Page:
During the past decade, solar power has experienced transformative price declines, enabling it to grow to supply 1% of U.S. and world electricity. Addressing grid integration challenges, increasing grid flexibility, and further reducing cost will enable even greater potential for solar as an electricity source.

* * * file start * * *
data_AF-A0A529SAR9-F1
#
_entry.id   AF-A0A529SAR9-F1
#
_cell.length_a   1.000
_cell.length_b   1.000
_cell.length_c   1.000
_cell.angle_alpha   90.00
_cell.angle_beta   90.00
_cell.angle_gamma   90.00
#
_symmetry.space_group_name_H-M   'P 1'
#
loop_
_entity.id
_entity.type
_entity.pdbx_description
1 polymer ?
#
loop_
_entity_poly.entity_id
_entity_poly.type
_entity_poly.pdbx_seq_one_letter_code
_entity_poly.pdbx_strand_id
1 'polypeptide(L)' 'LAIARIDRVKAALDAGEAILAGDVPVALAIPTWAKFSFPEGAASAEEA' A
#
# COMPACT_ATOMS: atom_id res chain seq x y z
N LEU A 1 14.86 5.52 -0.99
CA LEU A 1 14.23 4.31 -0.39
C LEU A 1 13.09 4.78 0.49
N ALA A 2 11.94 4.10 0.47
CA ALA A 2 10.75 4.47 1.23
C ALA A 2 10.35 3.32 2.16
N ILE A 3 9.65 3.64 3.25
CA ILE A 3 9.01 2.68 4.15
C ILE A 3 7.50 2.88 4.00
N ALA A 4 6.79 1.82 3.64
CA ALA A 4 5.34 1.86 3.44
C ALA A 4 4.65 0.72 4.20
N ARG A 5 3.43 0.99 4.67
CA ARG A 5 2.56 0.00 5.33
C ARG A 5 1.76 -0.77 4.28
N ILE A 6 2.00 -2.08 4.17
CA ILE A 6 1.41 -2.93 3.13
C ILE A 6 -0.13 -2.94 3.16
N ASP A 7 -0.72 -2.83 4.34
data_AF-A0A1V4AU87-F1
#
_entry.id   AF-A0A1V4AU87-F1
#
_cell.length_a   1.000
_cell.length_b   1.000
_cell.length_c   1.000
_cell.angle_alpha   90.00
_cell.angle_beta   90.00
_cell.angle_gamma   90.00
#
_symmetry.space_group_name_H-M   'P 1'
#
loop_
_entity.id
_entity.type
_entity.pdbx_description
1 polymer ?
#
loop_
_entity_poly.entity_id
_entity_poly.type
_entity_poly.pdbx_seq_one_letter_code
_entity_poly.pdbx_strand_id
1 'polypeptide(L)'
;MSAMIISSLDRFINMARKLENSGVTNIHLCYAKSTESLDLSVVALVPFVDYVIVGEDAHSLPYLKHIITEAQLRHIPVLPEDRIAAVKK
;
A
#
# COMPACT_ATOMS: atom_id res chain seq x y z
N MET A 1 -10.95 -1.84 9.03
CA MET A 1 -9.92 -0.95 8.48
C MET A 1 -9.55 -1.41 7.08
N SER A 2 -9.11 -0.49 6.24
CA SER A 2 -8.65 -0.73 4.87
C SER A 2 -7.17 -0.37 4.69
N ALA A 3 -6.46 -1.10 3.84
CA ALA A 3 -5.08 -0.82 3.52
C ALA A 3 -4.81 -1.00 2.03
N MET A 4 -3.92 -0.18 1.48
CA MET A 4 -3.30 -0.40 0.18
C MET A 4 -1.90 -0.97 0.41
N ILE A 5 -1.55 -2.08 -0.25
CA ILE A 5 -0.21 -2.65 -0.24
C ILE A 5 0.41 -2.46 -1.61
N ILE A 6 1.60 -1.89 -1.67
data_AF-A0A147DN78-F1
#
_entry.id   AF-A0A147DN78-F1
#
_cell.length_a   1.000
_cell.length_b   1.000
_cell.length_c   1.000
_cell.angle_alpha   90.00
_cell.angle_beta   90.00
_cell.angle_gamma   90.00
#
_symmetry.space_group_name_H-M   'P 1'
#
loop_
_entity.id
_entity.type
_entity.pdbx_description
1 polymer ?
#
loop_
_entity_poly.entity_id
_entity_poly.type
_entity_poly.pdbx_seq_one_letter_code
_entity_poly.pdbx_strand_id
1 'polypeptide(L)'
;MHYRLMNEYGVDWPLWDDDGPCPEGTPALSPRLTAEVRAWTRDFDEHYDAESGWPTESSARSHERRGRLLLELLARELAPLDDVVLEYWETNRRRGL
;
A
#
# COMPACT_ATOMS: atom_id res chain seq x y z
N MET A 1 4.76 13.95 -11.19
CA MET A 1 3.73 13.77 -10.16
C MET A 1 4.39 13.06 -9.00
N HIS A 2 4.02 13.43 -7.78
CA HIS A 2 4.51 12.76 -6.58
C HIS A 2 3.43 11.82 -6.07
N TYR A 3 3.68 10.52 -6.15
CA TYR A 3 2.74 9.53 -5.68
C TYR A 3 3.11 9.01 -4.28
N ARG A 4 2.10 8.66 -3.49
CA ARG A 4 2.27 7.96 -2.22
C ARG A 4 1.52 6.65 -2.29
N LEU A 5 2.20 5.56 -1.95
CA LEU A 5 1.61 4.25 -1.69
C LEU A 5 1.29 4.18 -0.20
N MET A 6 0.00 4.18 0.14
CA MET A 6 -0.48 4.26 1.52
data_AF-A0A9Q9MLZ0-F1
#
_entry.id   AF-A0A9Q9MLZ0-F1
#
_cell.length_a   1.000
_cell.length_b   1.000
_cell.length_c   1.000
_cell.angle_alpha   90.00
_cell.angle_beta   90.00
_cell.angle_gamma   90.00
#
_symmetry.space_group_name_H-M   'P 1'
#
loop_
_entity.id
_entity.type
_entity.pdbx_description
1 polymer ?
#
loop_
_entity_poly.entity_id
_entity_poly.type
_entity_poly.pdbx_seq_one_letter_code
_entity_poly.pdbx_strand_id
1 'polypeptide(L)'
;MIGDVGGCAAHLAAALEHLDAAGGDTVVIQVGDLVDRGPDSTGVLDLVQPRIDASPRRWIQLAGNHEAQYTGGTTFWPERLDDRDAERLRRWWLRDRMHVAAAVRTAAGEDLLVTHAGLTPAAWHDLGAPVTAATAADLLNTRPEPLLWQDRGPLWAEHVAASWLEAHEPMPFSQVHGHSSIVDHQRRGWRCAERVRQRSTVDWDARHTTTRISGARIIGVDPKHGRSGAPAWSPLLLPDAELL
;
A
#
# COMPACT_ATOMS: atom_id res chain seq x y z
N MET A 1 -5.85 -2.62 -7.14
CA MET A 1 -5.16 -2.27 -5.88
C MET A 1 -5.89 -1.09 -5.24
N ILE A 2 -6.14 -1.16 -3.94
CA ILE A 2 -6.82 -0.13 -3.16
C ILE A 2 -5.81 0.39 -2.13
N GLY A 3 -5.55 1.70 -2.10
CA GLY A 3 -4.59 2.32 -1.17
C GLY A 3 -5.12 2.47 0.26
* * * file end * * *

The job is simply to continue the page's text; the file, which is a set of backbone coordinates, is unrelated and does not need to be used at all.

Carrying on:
During the past decade, solar power has experienced transformative price declines, enabling it to become a viable electricity source that is supplying 1% of U.S. and world electricity. Further cost reductions are expected to enable substantially greater solar deployment, and new Department of Energy cost targets for utility-scale photovoltaics (PV) and concentrating solar thermal power are $0.03/kW h and $0.05/kW h by 2030, respectively. However, cost reductions are no longer the only significant challenge for PV—addressing grid integration challenges and increasing grid flexibility are critical as the penetration of PV electricity on the grid increases. The development of low cost energy storage is particularly synergistic with low cost PV, as cost declines in each technology are expected to support greater market opportunities for the other.